VANCOUVER — A year ago, Canada's first three-sport Olympian was broken.
Georgia Simmerling had crashed during a ski cross competition weeks before the Pyeongchang Olympics where she was expected to be a medal contender.
Bones snapped in both of her legs. Nearly every ligament in her left knee was torn.
But just 14 months later, the 29-year-old West Vancouver, B.C., native is preparing to race at the top level once again, competing this week at the track cycling world championships in Poland.
The journey back to competition has been a tough one, Simmerling said.
"It was a lot of tears," she said from Cycling Canada's training facility in Milton, Ont. "I was broken for sure. But in the grand scheme of things, I never gave up."
Returning from injury wasn't new for Simmerling, who'd suffered previous breaks throughout her long athletic career.
She made her Olympic debut at the Vancouver Games in 2010 as part of Canada's alpine ski team, then switched to freestyle the following year. At the 2014 Winter Games in Sochi, Russia, she competed in ski cross.
Soon after, she decided she wanted to compete in the Summer Games, too.
Simmerling tried rowing first but found she was better suited for track cycling and started training for the team pursuit.
"I definitely get that sense of adrenaline that I got from ski cross," she said of the sport. "I think that competing as a team was something that I really fell in love with."
In 2016, Simmerling was part of the women's team pursuit squad that won Olympic bronze in Rio.
She also made history, becoming the first Canadian to compete in different sports at three separate Olympics.
Still, she wasn't done with skiing just yet. Simmerling went back to training for one last Winter Games and racked up multiple podium appearances on the World Cup circuit.
Then, in January 2018, she crashed during a race in Nakiska, Alta.
Her injuries required multiple surgeries. Simmerling lost 20 pounds of muscle and spent 11 weeks walking with crutches.
Then there was the emotional toll — simply seeing cyclists riding casually along Vancouver's picturesque streets would make her seethe with anger.
"I was just miserable," she said. "I did not send those happy cyclists any good vibes."
Many tears were shed as Simmerling spoke to her parents and girlfriend Stephanie Labbe — goalkeeper for Canada's women's soccer team — on FaceTime.
"I think challenges really test us as human beings, not only as athletes," she said. "I've definitely been tested over my career, for sure, and this last injury was just another test for me. It puts your life into perspective and it puts your job into perspective."
Midway through her recovery, Simmerling announced her retirement from skiing. She had long thought that she'd leave the sport after the Games in South Korea.
"It wasn't a difficult choice because that was always my plan," she said.
Despite the disheartening finish to her skiing career, the dedicated athlete had a persistent, overwhelming urge to get back to track cycling, a sport that she'd left on such a high.
Returning to the velodrome, though, would required gruelling rehab for as much as six hours a day.
"I told myself 'If you want to race, you have to get back on your bike and you have to get over this.' And I did," Simmerling said.
She wasn't able to get back on her bike until September and even then, her injuries weren't fully healed.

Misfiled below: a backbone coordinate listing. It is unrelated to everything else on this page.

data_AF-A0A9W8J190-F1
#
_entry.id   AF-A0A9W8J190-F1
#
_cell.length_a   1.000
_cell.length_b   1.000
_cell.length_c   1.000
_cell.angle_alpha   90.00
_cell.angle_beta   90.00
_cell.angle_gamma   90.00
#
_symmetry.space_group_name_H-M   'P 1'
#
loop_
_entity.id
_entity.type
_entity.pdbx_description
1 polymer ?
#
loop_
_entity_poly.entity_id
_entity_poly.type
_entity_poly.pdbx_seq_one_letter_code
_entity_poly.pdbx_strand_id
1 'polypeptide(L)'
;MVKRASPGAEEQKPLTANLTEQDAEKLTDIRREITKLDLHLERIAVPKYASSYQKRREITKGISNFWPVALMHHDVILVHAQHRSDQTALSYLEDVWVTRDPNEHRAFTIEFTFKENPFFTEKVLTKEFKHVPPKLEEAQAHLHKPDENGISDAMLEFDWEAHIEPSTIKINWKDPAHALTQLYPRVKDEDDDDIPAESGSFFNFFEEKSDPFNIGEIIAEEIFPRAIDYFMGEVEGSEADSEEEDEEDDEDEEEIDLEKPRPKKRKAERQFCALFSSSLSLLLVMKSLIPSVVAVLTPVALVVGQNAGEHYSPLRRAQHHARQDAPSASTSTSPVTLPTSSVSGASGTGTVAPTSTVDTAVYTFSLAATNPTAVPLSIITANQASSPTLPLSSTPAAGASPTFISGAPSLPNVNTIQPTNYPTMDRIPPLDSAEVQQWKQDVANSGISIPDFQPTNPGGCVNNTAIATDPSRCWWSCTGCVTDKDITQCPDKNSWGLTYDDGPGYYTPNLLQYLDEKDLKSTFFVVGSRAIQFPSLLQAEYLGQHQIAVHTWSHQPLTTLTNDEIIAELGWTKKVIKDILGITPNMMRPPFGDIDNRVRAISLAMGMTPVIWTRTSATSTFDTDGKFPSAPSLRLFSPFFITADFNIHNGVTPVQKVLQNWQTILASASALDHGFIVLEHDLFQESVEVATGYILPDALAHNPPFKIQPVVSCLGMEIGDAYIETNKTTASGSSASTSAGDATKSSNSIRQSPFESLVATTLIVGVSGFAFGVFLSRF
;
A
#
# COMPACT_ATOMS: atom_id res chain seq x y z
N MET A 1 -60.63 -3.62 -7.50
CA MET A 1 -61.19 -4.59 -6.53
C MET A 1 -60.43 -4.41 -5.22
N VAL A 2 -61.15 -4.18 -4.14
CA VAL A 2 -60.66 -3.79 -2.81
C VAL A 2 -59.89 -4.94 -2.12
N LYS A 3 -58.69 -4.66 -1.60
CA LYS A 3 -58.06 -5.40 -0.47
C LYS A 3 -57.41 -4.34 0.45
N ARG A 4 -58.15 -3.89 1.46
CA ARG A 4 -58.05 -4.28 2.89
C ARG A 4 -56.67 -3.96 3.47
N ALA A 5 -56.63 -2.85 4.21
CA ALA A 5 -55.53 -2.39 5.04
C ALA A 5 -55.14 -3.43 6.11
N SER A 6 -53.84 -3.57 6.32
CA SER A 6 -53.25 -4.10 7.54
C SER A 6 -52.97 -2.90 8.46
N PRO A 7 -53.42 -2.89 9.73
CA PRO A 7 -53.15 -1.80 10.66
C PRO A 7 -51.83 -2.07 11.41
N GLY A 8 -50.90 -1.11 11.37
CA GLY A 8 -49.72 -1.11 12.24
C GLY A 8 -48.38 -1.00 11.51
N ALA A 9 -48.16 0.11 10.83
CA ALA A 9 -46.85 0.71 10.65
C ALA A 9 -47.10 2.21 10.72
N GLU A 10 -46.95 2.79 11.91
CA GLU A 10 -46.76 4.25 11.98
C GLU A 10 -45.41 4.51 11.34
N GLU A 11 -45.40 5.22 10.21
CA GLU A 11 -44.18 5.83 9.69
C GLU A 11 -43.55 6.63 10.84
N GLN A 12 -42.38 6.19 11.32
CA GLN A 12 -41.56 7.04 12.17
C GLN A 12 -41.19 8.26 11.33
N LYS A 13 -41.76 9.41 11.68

"She came in, atrophied muscles. She couldn't even really properly take her feet out of the pedals, it was so painful," said Kris Westwood, Cycling Canada's high performance director.
Last month, Simmerling returned to competition for the first time at a World Cup event in New Zealand, and helped Canada to a silver medal in the team pursuit.
"It was just so exciting to be back on the line and to feel that adrenaline in me and perform under pressure," Simmerling said.
Her team — which also included Allison Beveridge of Calgary, Ariane Bonhomme of Gatineau, Que., and Annie Foreman-Mackey of Kingston, Ont. — posted a time of four minutes, 15.179 seconds in the first round, less than one second off the national record set at the 2016 Olympics.
Simmerling's "stoic perseverance" has lifted the rest of the Canadian cyclists, said Westwood.
"It's truly incredible and quite inspirational to see her just taking her natural talents and drive and turn her season around like that," he said.
Heading into the world championships in Poland, Simmerling said she's feeling "super excited" and stronger every day.
"We're super strong as a unit, as a team," she said.
Canada's cyclists aren't at their absolute peak right now but they're still hoping for a medal in the women's team pursuit, Westwood said.
"We know we can do the times to get us on the podium," he said. "We just don't know what everyone else is bringing to the worlds."
They're also hoping for a top-five finish in the men's team pursuit after Aidan Caves of Vancouver, Derek Gee of Ottawa, Adam Jamieson of Barrie, Ont., and Jay Lamoureux of Victoria, B.C., broke a Canadian record and captured silver at a World Cup event in New Zealand last month.
Lauriane Genest of Levis, Que., is also expect to turn in a big performance in the women's sprint and Hugo Barrette of Iles-de-la-Madeleine, Que., has been dubbed a cyclist to watch in the men's sprint.
The Canadians are in a fortunate position where their performance levels are high enough that they don't have to worry too much about whether they'll qualify for the 2020 Olympics in Tokyo, Westwood said. Instead, they can focus on perfecting specific parts of their ride.
While Simmerling is excited to be working towards yet another Olympics, she's also taking time to reflect.
"I'm so happy and grateful for where I am now," she said. "I think it's really a testament to what I've put in, the work that's been required to get here today. It's been a lot of work."
Gemma Karstens-Smith, The Canadian Press